Family, coaches rejoice in Kenneth Lofton Jr.’s signing to LaTech
There was a theme among the words said in honor of Memorial Titans forward Kenneth Lofton Jr. by former coaches, teachers and well-wishers on Friday in the Memorial High School gym.
Lofton was surrounded by loved ones as he signed his letter of intent to play basketball for four years at Louisiana Tech University after he graduates in 2020. One point everyone seemed to agree on: Lofton sure didn’t make it easy for his teachers and coaches. That point, though, was made with a lot of love.
“I’ve had the opportunity to coach Kenneth Lofton Jr. for a couple of years,” Memorial head basketball coach Alden Lewis said. “I’ve been knowing him since he was small. Let me tell you: He wasn’t always the easiest. As of today, he’s still not the easiest. We go back and forth, but it’s all good, it’s all love. I coach him hard, I love hard and he knows it’s all from a good place.
“I’m proud of him. I want him to continue to do better and better. ‘Each day try for excellence’ is one of our quotes. We’re expecting big things from him.”
Several other coaches who have had the chance to see Lofton grow as a player and person joined in congratulating Lofton. Junior varsity coach Dwight Scypion recalled the times he spent with Lofton both as a coach and as a disciplinarian.
“Junior and I, we’ve had our little run-ins too,” he said. “Junior spent a lot of time when he became a sophomore in my room, which is ISS (in-school suspension), but next school year he was a whole lot better. On the court one thing I can say about him is he’s very serious about his game, very serious about his work.
“One thing about him: You cannot take basketball away from him. You take basketball away from Junior, Junior’s lost, and that’s a fact.”
Former Memorial coach Antonio Cooper coached Lofton for several years, and he stressed that there’s no better feeling among coaches than when one of their players makes it to college.
“Pretty much everybody is going to say the same thing — they’ve had their times with Junior,” Cooper said. “It’s been a rocky road but we all know at the end of the tunnel is always a light.
“We appreciate all you guys that have helped groom Junior into the man he is today. We still have a little ways to go, but at the end of the day, we still want this guy to get an education and graduate from college, not just go there and play basketball. You can’t take it for granted because not everybody gets the opportunity. So whenever you do get the opportunity, seize the moment and finish college.”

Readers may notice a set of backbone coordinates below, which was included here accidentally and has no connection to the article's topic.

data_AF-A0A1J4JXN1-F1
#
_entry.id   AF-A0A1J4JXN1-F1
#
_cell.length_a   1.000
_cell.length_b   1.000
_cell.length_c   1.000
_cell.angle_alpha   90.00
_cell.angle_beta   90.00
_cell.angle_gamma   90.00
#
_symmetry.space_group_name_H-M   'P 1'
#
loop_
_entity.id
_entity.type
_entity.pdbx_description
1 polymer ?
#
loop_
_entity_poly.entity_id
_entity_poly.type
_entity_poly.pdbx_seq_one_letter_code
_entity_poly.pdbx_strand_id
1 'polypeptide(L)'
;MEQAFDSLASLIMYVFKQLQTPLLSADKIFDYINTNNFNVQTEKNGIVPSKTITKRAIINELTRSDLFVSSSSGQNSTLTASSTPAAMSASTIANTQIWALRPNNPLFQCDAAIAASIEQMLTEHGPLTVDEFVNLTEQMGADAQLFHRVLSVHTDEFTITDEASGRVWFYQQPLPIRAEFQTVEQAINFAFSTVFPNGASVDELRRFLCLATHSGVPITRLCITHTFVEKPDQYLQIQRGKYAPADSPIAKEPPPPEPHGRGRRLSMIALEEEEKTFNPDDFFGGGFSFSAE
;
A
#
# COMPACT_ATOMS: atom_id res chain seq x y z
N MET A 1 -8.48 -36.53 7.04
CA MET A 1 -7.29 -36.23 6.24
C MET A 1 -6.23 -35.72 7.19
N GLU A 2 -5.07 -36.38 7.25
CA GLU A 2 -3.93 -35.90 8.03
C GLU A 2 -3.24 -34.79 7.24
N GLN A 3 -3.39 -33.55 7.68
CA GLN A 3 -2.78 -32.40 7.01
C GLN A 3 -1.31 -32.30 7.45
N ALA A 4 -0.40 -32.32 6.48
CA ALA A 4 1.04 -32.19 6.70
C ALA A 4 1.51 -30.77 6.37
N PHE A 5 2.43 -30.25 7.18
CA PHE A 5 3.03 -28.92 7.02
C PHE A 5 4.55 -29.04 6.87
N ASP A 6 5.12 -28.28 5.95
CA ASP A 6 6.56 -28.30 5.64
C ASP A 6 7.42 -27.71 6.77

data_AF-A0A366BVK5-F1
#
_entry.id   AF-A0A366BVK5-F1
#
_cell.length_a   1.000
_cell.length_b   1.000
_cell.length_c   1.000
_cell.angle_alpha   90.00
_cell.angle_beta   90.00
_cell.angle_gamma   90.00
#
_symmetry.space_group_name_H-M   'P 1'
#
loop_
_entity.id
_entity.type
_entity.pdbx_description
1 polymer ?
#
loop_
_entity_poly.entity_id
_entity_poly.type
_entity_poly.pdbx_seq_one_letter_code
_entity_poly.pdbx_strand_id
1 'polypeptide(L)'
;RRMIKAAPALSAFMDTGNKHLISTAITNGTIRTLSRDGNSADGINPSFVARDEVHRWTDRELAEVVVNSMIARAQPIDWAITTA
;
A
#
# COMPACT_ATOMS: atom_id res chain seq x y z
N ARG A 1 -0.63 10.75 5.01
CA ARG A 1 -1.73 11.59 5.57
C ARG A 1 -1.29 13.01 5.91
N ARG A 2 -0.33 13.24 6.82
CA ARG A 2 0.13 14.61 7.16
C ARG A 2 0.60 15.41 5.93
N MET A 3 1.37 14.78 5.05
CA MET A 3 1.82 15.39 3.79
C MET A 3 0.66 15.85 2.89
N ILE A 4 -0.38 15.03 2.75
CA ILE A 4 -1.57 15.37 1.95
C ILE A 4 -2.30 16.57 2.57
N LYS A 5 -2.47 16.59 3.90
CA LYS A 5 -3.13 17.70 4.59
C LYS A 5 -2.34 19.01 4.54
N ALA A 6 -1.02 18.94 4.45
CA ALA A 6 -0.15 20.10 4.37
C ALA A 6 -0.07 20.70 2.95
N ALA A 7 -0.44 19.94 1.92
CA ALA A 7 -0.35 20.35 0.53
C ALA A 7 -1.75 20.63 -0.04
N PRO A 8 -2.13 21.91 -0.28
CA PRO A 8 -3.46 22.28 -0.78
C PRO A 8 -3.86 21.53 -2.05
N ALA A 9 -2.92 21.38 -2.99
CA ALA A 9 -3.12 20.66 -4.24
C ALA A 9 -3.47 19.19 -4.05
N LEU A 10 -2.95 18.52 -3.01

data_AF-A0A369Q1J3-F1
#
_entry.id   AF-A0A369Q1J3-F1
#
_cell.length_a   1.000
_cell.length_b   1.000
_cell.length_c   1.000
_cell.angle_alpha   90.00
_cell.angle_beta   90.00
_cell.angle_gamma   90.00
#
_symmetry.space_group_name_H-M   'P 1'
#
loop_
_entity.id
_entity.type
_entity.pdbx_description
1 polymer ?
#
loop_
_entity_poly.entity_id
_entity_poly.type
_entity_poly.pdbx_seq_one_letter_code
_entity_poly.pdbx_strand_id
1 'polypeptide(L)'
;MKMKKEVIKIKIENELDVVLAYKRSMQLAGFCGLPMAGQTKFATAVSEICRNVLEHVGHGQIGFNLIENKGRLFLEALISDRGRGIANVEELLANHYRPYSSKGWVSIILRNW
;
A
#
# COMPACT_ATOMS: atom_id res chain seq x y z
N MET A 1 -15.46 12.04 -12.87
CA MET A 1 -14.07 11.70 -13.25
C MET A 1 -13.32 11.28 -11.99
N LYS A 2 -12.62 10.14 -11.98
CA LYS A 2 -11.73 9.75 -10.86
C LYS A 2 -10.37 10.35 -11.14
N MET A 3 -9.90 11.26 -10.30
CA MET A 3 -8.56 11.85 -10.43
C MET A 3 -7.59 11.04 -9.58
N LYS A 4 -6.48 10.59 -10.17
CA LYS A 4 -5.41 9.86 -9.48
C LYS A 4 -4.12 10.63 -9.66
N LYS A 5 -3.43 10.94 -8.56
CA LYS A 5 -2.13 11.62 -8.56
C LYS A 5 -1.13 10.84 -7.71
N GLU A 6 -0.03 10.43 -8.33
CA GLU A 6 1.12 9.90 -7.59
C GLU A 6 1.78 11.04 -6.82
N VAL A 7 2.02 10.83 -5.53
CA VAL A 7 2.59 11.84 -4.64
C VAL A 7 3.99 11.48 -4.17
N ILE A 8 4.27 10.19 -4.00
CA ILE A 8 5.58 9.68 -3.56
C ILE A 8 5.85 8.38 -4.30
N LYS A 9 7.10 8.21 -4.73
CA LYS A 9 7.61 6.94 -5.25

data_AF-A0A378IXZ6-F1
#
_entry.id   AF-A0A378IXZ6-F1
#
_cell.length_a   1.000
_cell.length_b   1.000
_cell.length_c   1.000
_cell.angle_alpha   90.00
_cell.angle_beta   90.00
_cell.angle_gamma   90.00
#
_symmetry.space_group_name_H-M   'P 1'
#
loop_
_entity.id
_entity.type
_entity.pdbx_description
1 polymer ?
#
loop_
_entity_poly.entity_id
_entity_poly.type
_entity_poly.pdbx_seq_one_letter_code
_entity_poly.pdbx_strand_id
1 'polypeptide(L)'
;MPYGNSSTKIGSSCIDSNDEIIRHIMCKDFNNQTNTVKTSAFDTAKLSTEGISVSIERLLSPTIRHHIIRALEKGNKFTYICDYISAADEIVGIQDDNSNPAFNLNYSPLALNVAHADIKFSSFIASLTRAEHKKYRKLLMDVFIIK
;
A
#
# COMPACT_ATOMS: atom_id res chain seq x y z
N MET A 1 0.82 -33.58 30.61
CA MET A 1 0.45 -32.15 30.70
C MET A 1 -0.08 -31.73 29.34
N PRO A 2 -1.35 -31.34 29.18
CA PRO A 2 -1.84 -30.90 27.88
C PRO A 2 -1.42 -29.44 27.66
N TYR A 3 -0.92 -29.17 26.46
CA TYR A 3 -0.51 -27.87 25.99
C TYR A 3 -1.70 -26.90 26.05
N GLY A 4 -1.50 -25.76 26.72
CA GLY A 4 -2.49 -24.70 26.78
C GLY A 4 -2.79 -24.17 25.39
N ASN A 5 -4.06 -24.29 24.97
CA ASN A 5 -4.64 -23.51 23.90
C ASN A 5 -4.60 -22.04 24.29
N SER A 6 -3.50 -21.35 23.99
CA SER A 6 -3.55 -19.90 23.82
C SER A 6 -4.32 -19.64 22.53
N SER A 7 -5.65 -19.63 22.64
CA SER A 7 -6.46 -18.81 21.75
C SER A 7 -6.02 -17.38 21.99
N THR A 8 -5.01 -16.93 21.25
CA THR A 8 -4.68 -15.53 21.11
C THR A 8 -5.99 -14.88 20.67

Lewis had spoken similarly about the people who helped guide Lofton.
“I want everybody to know it really takes a village,” he said. “It’s not an easy task. Sometimes he’s a very difficult kid to deal with, but he’s a joy to be around. He may be distracted but one thing I do know: He brings it every night on the court. 99 percent of the time he comes to play, and that’s without a shadow of a doubt.”
Assistant varsity coach Curtis Bason clarified where he and the others were coming from regarding Lofton.
“If you hear stories of Junior acting up and things like that, what I say to that all the time is this: It’s never disrespect,” he said. “So let’s tell the full story about that part of it. It’s never disrespect.
Lofton himself acknowledged the gratitude he felt for the help everyone has given him.
“I thank everybody that came, family friends and coaches,” he said. “I’m just thankful for this moment, and God bless us.”
Titans center Nate Clover had also previously announced that he intends to play for Oral Roberts University, though according to Lewis his official signing has been postponed for a later date.
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